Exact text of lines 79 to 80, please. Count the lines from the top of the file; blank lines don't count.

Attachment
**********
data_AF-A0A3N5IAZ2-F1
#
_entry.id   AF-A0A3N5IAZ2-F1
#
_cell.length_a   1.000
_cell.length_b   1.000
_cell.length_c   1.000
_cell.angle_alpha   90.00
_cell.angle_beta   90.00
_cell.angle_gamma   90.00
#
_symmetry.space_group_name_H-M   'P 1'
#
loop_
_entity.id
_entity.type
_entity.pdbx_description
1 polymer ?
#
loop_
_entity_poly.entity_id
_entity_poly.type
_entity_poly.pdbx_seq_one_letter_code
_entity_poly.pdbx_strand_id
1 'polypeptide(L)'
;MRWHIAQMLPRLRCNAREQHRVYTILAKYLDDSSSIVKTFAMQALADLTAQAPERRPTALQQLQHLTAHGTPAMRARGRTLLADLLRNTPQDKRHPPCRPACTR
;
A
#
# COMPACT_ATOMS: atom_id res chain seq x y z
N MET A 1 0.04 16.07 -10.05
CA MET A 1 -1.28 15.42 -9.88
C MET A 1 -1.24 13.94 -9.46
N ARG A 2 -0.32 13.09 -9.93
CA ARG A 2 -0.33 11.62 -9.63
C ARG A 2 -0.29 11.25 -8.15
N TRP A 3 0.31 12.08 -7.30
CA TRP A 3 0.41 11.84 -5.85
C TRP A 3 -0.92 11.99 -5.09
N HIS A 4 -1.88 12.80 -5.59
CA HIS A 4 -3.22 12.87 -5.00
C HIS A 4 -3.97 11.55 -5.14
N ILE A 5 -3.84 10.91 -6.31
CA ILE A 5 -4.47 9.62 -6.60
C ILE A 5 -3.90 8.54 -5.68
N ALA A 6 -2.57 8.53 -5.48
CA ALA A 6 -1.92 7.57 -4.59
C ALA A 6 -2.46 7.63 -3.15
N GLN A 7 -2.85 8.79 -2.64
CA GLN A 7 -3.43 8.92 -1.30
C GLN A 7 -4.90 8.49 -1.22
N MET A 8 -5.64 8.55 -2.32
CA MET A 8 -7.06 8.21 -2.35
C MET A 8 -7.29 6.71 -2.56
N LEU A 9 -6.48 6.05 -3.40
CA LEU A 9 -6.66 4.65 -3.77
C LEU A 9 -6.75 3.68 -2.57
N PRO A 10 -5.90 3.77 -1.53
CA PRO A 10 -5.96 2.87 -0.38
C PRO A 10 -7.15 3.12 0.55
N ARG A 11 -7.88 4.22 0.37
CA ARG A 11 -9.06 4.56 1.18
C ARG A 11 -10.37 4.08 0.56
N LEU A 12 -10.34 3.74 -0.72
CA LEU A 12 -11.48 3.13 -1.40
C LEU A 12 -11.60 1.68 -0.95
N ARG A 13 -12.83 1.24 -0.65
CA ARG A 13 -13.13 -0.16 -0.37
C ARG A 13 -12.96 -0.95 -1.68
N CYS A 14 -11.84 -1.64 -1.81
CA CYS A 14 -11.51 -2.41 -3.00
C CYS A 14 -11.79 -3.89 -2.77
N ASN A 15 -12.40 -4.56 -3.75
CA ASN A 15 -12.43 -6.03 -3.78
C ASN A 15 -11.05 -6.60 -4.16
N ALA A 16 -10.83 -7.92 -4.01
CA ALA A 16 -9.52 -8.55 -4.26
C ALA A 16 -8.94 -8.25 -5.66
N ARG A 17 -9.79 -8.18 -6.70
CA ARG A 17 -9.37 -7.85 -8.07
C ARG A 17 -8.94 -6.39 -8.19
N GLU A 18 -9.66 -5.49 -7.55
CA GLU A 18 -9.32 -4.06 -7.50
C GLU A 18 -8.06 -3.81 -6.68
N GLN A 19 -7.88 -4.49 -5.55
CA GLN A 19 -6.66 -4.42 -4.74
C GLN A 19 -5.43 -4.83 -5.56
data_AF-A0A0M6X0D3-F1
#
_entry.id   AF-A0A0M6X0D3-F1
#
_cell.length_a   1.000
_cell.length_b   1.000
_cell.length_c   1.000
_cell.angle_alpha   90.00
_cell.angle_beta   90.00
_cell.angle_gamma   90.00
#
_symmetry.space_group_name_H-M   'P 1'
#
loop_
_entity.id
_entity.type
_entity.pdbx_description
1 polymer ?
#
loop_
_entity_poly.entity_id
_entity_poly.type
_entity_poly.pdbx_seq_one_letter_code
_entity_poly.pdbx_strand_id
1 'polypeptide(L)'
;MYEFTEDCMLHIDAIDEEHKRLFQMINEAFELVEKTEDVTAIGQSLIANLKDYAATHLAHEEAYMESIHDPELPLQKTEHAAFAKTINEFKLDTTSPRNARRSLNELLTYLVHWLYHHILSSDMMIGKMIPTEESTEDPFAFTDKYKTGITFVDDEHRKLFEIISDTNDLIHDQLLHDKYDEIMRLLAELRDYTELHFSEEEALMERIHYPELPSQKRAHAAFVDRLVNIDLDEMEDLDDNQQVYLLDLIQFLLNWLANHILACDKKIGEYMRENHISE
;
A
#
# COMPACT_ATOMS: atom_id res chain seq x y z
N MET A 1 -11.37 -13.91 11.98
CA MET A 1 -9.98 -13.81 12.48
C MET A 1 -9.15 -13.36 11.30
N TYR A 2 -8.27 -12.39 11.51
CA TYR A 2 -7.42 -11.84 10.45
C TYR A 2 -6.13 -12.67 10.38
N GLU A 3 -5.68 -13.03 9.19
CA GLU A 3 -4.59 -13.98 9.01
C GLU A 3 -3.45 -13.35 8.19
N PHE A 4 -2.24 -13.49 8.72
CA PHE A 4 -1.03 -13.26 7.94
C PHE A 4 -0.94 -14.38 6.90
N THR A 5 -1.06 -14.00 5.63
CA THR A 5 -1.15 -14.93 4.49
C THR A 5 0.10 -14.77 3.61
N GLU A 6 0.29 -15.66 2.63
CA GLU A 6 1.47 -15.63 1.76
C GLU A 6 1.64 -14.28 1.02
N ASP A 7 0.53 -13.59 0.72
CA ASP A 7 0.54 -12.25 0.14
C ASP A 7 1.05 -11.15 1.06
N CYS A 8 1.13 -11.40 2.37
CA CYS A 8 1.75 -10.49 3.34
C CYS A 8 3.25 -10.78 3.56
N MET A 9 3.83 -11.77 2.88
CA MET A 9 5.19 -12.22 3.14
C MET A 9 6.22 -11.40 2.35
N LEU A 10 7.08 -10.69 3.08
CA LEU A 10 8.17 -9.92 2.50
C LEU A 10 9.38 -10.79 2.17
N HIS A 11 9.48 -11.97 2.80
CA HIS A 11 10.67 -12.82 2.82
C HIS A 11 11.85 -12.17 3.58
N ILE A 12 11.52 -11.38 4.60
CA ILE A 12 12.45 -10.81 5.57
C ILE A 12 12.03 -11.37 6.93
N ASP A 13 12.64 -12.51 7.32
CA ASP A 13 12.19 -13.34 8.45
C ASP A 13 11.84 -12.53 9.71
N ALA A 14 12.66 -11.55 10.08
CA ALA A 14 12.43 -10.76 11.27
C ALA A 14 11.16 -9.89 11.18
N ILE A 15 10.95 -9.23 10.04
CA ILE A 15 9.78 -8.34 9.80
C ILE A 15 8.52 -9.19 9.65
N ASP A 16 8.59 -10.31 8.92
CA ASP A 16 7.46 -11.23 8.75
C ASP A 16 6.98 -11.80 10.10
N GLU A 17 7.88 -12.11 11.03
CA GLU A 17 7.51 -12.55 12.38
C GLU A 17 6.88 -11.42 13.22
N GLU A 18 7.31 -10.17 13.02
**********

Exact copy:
N ARG A 17 -9.79 -8.18 -6.70
CA ARG A 17 -9.37 -7.85 -8.07